Written by a Young Gasteiner Daša Kokole

Economic strategies for health equality (L2)

Building bridges with business and economic development

We hear a common theme at the European Health Forum Gastein – that we need greater levels of multi-sectoral work to tackle health inequalities. This includes private businesses and the “wealth generators” in society, since they too have an influence over the health of populations. Today’s lunchtime session on economic strategies for health equality emphasised the importance of engaging with businesses and economic groups if we are serious about achieving the SDGs by 2030.

Emma Spencelayh from the Health Foundation kicked off this session by highlighting some stark health inequalities from the UK. Major gaps in life expectancy and high levels of childhood poverty were cited; these are issues we may be familiar with, but cannot afford to be complacent about. Clearly, economic growth in high-income countries does not always equate to inclusive growth where everyone benefits. Having a healthy working-age population contributes towards economic prosperity, but there is an onus on us to ensure that available work is fair and decent work, which recognises the labour rights of employees. A few eyebrows were raised when some modern-day workplaces were likened to “sweatshops” and “Victorian workhouses”, particularly in zero-hour contract settings. Calling a spade a spade, perhaps…? If we truly want a healthy and productive workforce, then surely we need to do more to engage with large-scale employers, and encourage them to end unsafe and unfair employment practices.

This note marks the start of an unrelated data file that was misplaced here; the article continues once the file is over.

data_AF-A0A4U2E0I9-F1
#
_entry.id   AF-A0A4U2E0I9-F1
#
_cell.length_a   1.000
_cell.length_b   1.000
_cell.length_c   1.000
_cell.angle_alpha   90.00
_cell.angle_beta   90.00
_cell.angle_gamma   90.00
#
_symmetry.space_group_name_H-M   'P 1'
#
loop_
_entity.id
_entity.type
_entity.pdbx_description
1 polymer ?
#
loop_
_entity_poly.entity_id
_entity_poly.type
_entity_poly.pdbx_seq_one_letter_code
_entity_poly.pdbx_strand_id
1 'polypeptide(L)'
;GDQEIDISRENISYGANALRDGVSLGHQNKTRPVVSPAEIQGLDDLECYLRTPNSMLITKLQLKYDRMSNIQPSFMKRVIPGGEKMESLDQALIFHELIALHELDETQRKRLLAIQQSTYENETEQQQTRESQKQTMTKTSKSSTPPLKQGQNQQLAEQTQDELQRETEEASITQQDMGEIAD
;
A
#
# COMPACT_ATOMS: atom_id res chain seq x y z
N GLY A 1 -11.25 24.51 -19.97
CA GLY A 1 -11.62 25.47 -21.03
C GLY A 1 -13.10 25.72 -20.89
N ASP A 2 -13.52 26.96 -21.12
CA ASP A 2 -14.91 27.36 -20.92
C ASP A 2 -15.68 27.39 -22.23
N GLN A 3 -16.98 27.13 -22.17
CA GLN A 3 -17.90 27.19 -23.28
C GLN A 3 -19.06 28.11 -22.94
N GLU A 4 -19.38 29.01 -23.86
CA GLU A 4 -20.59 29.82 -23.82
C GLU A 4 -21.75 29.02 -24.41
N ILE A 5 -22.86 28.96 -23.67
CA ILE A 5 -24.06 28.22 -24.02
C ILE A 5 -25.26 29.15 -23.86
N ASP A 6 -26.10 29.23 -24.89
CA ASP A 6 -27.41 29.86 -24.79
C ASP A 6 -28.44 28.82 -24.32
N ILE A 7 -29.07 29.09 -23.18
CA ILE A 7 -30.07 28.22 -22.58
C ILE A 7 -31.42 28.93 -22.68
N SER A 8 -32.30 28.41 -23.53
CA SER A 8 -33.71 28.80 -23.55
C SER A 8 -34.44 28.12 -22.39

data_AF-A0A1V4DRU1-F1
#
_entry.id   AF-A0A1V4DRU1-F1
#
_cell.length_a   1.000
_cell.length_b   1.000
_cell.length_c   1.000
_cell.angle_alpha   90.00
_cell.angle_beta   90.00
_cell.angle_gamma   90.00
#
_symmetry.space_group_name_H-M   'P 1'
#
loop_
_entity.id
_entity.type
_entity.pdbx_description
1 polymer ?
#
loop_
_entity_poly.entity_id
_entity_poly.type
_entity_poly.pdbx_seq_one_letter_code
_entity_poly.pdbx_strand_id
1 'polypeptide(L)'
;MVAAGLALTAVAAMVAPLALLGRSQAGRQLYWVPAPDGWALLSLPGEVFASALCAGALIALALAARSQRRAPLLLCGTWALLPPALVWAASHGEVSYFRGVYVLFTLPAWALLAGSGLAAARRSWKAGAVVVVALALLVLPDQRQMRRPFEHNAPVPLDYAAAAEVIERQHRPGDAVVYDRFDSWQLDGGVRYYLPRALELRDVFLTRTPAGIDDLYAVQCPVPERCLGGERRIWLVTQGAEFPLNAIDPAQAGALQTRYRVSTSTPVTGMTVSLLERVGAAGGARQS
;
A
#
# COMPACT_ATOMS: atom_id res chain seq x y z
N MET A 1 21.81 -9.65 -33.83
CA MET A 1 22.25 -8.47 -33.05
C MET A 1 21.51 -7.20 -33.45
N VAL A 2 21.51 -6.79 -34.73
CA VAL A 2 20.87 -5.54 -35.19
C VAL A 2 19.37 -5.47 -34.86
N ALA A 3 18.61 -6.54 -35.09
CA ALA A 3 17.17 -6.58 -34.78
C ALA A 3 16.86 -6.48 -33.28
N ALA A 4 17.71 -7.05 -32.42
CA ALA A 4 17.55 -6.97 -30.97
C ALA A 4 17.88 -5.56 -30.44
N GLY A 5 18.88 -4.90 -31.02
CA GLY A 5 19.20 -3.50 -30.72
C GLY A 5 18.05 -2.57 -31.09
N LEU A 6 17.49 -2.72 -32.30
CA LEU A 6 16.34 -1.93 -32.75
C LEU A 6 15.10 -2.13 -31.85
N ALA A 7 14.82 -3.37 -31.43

Fabrice Murtin of the OECD convincingly argued that we could only truly achieve inclusive economic growth, and the SDG targets, if our health policies respond to “deep drivers of inequalities”. Inequitable income distribution has become more and more entrenched in recent years and has occurred in parallel with disparities in educational opportunities and social mobility. But what’s the solution? He asserted that inclusive growth needs real investment in the vulnerable groups who have been ‘left behind’, and business dynamism needs to be supported. There were nods of approval from the audience at the need to challenge the “Winner takes all” mindset that prevails in so many countries. How can we expect to see population-level improvements in health if our financial resources continue to be so unfairly distributed?